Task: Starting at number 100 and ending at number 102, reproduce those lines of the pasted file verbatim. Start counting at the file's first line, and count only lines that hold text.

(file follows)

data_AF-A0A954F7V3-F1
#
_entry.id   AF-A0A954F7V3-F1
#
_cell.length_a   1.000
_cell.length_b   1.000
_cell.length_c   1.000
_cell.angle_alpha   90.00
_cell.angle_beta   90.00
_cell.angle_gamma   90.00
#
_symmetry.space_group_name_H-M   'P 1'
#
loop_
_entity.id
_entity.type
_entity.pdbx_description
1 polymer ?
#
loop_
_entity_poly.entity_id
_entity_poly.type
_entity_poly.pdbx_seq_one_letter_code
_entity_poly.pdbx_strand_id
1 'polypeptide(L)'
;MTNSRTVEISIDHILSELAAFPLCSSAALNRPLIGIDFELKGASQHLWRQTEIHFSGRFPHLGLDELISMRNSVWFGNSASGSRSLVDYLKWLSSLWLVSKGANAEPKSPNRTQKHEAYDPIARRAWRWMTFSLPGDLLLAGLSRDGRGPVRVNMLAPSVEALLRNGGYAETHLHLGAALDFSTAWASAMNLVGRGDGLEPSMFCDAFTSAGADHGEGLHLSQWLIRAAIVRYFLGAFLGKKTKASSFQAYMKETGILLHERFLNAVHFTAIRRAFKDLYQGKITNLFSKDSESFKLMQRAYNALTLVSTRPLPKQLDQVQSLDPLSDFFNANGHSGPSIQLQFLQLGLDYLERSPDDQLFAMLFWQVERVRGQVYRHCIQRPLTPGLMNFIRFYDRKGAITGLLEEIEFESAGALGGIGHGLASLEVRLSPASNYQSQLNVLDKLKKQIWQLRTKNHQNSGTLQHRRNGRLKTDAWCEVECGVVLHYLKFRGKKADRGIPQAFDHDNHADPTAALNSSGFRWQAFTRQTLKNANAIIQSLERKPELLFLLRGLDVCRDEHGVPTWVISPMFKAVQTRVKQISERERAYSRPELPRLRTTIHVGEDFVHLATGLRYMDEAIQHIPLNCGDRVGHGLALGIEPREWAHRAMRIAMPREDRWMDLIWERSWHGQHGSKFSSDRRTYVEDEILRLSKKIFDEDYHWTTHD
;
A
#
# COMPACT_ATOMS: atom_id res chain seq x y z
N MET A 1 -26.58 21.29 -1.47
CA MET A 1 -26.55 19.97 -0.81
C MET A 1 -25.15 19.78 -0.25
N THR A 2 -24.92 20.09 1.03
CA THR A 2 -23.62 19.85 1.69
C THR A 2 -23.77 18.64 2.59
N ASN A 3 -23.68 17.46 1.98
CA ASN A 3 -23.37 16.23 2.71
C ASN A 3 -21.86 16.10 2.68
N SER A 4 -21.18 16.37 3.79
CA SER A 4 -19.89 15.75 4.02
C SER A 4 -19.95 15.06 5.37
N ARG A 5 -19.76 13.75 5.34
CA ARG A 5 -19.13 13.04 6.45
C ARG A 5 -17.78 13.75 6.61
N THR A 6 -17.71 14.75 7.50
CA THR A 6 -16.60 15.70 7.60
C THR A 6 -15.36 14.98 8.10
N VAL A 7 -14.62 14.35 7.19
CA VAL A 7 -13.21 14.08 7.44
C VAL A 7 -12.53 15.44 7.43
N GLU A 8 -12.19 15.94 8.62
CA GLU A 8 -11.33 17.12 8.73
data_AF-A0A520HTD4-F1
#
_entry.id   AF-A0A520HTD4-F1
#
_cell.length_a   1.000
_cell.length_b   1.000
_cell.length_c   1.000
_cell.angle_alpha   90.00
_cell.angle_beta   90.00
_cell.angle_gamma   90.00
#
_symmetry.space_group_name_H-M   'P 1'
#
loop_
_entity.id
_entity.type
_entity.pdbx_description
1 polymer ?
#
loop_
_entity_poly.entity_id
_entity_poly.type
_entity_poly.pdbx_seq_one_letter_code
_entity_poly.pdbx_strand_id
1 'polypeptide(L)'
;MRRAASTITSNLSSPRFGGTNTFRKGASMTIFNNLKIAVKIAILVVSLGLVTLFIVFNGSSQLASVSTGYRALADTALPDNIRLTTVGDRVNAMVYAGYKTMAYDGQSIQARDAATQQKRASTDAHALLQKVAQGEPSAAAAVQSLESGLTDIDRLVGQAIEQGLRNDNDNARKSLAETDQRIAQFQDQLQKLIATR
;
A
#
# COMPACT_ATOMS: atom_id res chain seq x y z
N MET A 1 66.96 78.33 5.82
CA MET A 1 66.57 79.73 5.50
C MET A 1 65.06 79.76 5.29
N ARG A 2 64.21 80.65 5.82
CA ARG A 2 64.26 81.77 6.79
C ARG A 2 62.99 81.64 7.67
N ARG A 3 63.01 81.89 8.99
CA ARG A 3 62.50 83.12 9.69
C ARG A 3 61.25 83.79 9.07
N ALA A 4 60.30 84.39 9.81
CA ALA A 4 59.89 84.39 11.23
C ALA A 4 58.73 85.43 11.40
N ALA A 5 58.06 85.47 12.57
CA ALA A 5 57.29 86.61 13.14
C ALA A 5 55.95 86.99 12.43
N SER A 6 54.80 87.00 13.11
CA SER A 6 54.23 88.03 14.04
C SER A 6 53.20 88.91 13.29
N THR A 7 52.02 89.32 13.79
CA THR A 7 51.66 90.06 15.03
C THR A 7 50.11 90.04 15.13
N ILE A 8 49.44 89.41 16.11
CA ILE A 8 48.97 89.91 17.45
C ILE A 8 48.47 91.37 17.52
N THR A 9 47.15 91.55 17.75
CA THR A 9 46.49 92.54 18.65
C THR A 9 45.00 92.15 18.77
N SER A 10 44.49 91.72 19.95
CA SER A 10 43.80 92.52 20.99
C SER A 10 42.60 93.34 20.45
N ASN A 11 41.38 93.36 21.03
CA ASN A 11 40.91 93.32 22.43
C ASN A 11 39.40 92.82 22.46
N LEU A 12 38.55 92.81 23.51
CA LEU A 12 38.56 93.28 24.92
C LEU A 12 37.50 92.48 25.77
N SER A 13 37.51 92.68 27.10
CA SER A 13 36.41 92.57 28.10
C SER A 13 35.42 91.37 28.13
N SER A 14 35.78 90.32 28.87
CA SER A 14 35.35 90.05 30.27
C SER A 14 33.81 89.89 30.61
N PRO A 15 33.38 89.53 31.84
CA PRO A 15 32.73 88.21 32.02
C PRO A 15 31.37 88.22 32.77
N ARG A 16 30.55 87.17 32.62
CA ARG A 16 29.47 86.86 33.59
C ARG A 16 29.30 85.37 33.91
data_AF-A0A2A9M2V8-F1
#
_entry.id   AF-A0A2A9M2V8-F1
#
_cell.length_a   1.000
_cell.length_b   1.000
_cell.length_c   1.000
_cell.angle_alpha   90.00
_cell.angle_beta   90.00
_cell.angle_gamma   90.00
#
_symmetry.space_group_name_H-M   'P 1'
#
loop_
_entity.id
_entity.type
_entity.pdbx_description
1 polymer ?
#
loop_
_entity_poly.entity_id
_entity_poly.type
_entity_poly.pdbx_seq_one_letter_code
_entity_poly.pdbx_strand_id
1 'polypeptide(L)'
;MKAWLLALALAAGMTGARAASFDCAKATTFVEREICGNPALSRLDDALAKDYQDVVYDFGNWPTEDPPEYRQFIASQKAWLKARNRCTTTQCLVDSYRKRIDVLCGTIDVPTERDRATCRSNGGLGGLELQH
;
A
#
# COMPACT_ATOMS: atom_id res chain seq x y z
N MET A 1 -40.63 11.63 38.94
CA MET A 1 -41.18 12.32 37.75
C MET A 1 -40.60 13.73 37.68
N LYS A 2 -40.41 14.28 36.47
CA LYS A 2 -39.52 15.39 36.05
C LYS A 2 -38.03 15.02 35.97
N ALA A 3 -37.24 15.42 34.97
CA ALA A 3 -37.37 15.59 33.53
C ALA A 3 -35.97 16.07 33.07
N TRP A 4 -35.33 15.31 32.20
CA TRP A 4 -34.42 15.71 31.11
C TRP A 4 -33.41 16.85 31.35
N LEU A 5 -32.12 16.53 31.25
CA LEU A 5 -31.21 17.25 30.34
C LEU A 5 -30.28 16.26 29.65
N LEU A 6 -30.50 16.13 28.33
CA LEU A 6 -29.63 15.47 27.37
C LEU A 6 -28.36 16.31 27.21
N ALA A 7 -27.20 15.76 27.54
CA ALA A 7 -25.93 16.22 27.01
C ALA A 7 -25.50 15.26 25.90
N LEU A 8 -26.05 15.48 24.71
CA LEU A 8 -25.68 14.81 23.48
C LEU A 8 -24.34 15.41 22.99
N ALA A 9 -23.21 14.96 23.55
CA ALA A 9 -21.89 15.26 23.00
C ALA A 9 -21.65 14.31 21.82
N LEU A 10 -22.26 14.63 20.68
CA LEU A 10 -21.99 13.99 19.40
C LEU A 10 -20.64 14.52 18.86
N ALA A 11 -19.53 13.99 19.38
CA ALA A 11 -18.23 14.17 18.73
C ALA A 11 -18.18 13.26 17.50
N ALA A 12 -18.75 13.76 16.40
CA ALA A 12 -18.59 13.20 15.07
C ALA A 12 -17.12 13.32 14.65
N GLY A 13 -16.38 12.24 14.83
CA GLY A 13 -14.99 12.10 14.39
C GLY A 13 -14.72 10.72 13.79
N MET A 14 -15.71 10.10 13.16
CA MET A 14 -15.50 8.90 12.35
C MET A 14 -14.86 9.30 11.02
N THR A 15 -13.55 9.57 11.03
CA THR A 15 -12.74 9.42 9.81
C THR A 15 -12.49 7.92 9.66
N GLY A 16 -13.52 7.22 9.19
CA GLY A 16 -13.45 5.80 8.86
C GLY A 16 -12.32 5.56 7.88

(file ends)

CA SER A 6 54.23 88.03 14.04
C SER A 6 53.20 88.91 13.29
N THR A 7 52.02 89.32 13.79